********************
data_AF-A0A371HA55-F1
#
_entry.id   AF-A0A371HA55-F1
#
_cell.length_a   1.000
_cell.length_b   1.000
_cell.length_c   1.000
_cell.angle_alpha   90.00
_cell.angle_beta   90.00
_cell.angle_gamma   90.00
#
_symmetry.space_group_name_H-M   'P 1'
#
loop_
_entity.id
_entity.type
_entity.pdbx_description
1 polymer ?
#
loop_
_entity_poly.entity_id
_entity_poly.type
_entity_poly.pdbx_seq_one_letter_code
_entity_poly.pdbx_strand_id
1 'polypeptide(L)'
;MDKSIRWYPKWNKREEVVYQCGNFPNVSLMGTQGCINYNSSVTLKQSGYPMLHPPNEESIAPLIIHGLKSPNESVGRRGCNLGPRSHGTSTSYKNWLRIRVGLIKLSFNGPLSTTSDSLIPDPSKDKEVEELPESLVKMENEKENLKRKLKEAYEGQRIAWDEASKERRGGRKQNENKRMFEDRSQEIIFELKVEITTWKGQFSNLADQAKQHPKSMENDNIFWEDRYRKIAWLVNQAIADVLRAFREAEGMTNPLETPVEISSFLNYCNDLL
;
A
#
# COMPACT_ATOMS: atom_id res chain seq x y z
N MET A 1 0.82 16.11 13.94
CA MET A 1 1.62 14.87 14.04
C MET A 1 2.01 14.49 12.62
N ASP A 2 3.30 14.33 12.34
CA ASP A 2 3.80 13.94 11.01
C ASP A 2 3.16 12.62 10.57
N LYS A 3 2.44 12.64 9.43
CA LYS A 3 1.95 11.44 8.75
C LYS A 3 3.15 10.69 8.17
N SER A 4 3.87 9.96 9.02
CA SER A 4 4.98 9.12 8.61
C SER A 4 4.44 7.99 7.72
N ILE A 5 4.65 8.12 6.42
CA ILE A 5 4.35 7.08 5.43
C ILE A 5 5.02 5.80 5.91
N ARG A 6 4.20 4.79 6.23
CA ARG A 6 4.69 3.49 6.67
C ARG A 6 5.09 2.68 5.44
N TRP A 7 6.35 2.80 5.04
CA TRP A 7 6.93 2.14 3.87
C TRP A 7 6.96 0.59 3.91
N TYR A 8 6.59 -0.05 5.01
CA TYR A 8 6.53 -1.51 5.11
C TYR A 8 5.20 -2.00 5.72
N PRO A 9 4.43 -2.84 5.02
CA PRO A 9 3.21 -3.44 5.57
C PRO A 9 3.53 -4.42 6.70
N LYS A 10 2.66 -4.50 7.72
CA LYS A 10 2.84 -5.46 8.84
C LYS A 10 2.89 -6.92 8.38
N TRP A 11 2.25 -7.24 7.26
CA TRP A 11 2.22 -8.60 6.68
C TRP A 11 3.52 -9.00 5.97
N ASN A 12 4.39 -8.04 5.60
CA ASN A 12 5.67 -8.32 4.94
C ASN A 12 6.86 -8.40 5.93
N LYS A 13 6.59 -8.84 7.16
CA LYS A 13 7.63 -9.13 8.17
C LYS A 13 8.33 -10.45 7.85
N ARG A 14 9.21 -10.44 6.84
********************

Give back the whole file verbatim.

data_AF-A0A371HA55-F1
#
_entry.id   AF-A0A371HA55-F1
#
_cell.length_a   1.000
_cell.length_b   1.000
_cell.length_c   1.000
_cell.angle_alpha   90.00
_cell.angle_beta   90.00
_cell.angle_gamma   90.00
#
_symmetry.space_group_name_H-M   'P 1'
#
loop_
_entity.id
_entity.type
_entity.pdbx_description
1 polymer ?
#
loop_
_entity_poly.entity_id
_entity_poly.type
_entity_poly.pdbx_seq_one_letter_code
_entity_poly.pdbx_strand_id
1 'polypeptide(L)'
;MDKSIRWYPKWNKREEVVYQCGNFPNVSLMGTQGCINYNSSVTLKQSGYPMLHPPNEESIAPLIIHGLKSPNESVGRRGCNLGPRSHGTSTSYKNWLRIRVGLIKLSFNGPLSTTSDSLIPDPSKDKEVEELPESLVKMENEKENLKRKLKEAYEGQRIAWDEASKERRGGRKQNENKRMFEDRSQEIIFELKVEITTWKGQFSNLADQAKQHPKSMENDNIFWEDRYRKIAWLVNQAIADVLRAFREAEGMTNPLETPVEISSFLNYCNDLL
;
A
#
# COMPACT_ATOMS: atom_id res chain seq x y z
N MET A 1 0.82 16.11 13.94
CA MET A 1 1.62 14.87 14.04
C MET A 1 2.01 14.49 12.62
N ASP A 2 3.30 14.33 12.34
CA ASP A 2 3.80 13.94 11.01
C ASP A 2 3.16 12.62 10.57
N LYS A 3 2.44 12.64 9.43
CA LYS A 3 1.95 11.44 8.75
C LYS A 3 3.15 10.69 8.17
N SER A 4 3.87 9.96 9.02
CA SER A 4 4.98 9.12 8.61
C SER A 4 4.44 7.99 7.72
N ILE A 5 4.65 8.12 6.42
CA ILE A 5 4.35 7.08 5.43
C ILE A 5 5.02 5.80 5.91
N ARG A 6 4.20 4.79 6.23
CA ARG A 6 4.69 3.49 6.67
C ARG A 6 5.09 2.68 5.44
N TRP A 7 6.35 2.80 5.04
CA TRP A 7 6.93 2.14 3.87
C TRP A 7 6.96 0.59 3.91
N TYR A 8 6.59 -0.05 5.01
CA TYR A 8 6.53 -1.51 5.11
C TYR A 8 5.20 -2.00 5.72
N PRO A 9 4.43 -2.84 5.02
CA PRO A 9 3.21 -3.44 5.57
C PRO A 9 3.53 -4.42 6.70
N LYS A 10 2.66 -4.50 7.72
CA LYS A 10 2.84 -5.46 8.84
C LYS A 10 2.89 -6.92 8.38
N TRP A 11 2.25 -7.24 7.26
CA TRP A 11 2.22 -8.60 6.68
C TRP A 11 3.52 -9.00 5.97
N ASN A 12 4.39 -8.04 5.60
CA ASN A 12 5.67 -8.32 4.94
C ASN A 12 6.86 -8.40 5.93
N LYS A 13 6.59 -8.84 7.16
CA LYS A 13 7.63 -9.13 8.17
C LYS A 13 8.33 -10.45 7.85
N ARG A 14 9.21 -10.44 6.84